Doctor Strange #26



DoctorStrange26Devotees of Gary Gygax and Dave Arneson’s fantasy tabletop role-playing game “Dungeons & Dragons” doubtless had plenty to enjoy with John Barber’s marvellously claustrophobic narrative for Issue Twenty-Six of “Doctor Strange”, with both the titular character and Zelma Stanton making “what may well be their last house-call” deep inside the long abandoned 76th Street subway station and subsequently facing a foe seemingly snatched straight from Tom Moldvay’s module “The Lost City”. Indeed, this twenty-page periodical’s opening sequence, which depicts Dwarven Mage Varkath accompanying an ill-fated expedition desperately trying to flee the underground lair of an unseen shambling horror “eons ago”, would arguably have been perfect itself as the introductory scenario for one of “Tactical Studies Rules” early Seventies’ adventure supplements.

Fortunately however, those bibliophiles within this comic’s 24,001-strong audience who didn’t have a comprehensive understanding of “the best-known and best-selling role-playing game” shouldn’t have felt that they had been put at any particular disadvantage due to the freelance writer utilising the Sorcerer Supreme’s mentoring of his apprentice as an appropriate vehicle to explain to the reader just what is taking place; “Which points to possession, or some sort of soul corruption. The Thaumaturge Trivium were legends… in certain circles, mostly in Tibet.” In addition, despite its strong dungeon-based ‘dice-rolling’ flavour, beautifully conveyed by Niko Henrichon’s pencilling, the “long-time editor of Marvel’s Ultimate line” slowly morphs his narrative into a seemingly much more straightforward story of ‘Cat and Mouse’ between a truly sinister, all-pervading evil and a disconcertingly weaponless Master of the Mystic Arts.

Intriguingly though, at some indiscernible point this terrific tale also shies away from being a fright-fest involving murderous ghoulish ghosts stalking a modern-day world not of their making and instead provides a fascinating focus upon Strange’s past misdoings, which ultimately culminates with the former preeminent surgeon’s dark soul actually overpowering the ancient entity’s malevolence due to it being “a long time since anyone accused” him of being “pure of heart.” This contamination of an “evil thing poking at my soul”, alongside Stephen’s admission that he has occasionally bent “right towards wrong” really does raise some interesting questions as to the magic-user’s past, and the implication that the good Doctor and his librarian will at some point brave further into the dustily decrepit world buried beneath New York City in order to hunt “for [more] remnants of power” bodes well for even more murky revelations to come…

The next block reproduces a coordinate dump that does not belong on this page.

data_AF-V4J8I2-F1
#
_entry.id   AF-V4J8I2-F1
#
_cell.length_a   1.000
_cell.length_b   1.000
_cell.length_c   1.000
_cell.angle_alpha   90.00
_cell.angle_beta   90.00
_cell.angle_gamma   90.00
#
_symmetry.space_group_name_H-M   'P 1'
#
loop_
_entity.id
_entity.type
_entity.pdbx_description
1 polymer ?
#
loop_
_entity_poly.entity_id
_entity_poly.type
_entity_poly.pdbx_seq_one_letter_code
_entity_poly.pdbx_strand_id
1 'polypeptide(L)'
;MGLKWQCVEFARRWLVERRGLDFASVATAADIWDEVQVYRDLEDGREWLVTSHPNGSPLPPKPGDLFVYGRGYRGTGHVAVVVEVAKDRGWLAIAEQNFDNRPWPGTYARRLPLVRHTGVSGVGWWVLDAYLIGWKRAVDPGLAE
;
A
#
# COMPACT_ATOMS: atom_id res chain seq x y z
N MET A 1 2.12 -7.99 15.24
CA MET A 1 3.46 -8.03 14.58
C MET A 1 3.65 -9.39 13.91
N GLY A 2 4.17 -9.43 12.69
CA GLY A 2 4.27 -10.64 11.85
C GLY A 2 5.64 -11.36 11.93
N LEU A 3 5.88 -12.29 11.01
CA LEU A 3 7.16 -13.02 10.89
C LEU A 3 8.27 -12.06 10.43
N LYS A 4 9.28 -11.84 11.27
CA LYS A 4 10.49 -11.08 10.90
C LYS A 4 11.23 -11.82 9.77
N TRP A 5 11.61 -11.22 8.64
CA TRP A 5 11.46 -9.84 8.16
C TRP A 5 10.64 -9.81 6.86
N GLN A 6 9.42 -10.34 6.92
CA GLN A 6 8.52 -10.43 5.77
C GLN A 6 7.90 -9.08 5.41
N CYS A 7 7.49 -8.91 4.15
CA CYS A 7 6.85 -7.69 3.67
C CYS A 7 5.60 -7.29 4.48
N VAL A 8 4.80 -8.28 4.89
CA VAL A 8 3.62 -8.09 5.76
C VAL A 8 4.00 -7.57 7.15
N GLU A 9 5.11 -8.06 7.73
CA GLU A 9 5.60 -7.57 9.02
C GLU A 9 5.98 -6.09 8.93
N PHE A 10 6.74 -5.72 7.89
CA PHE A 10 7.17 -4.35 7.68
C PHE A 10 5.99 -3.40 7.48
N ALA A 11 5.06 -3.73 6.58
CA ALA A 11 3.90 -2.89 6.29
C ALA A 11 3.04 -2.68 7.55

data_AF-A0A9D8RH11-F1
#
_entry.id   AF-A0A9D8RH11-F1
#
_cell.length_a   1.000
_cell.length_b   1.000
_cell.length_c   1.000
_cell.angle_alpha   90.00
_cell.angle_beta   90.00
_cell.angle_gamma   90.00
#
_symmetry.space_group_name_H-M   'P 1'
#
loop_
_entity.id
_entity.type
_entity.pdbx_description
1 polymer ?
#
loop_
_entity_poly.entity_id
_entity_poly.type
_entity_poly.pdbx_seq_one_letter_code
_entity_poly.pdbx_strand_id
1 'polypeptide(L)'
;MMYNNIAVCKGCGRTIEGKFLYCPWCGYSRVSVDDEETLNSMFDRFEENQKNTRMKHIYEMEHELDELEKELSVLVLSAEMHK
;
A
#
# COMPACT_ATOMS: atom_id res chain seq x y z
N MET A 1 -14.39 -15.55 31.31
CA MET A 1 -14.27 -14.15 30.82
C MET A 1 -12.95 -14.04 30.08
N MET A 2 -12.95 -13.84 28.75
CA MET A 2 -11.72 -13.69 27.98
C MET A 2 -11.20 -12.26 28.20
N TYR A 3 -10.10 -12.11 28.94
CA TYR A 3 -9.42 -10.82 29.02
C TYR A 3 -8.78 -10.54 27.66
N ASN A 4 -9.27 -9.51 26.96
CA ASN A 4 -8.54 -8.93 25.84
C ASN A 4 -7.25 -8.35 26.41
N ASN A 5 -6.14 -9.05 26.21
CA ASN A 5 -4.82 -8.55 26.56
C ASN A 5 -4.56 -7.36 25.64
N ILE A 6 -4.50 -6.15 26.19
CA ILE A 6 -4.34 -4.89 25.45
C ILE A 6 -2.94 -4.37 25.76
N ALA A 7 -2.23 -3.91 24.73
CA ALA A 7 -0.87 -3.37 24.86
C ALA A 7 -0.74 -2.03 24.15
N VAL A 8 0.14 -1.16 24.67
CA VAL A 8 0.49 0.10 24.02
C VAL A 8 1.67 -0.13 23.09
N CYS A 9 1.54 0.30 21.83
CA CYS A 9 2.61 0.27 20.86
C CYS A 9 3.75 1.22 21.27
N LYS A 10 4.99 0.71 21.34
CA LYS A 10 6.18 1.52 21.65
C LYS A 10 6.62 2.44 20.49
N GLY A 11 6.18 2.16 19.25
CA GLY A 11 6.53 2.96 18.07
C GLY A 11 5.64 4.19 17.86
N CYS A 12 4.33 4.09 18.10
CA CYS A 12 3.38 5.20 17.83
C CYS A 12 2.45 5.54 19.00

This article is the opinion of the author and does not represent the views of the site owner.


Reviewed by
For the past forty or so years I have been collecting American comics… To begin with they were predominantly black and white British reprints of “Marvel Comics Group” titles such as “Spider-Man Comics Weekly”, “The Mighty World of Marvel” and “Star Wars Weekly”; all six to ten pence editions I could store away under my bed in a large cardboard box. As a result though I was introduced to the teenage angst of Peter Parker, the discovery of a frozen Captain America by Earth's Mightiest Heroes, witnessed the dreadful rage of Doctor Bruce Banner, and even travelled to a galaxy far far away... Later I would be able to afford actual America colour comic books and supplemented my collection of “Marvel” titles such as “Conan the Barbarian”, “Howard the Duck” and “Captain America” with some “DC Comics” issues of “Batman”, “Green Lantern” and “Captain Carrot and his Amazing Zoo Crew”. There would even be time for Independent publications such as “Wildcats”, “Spawn” and “The Authority”. These days however I must admit to yearning back to the simpler times of Stan Lee and Jack Kirby, back to when both artwork and storylines were straightforward, easy to follow and super-heroes were just starting out on their adventures. A time when no-one had yet to be resurrected from the dead for the fourth time. I've written over seven hundred comic book reviews on my blog over the past few years, with them usually following my latest purchases, all wrapped up in a large brown paper bag, as well as occasional ‘flashbacks’ to some of the classic "Golden Age" issues I already own…

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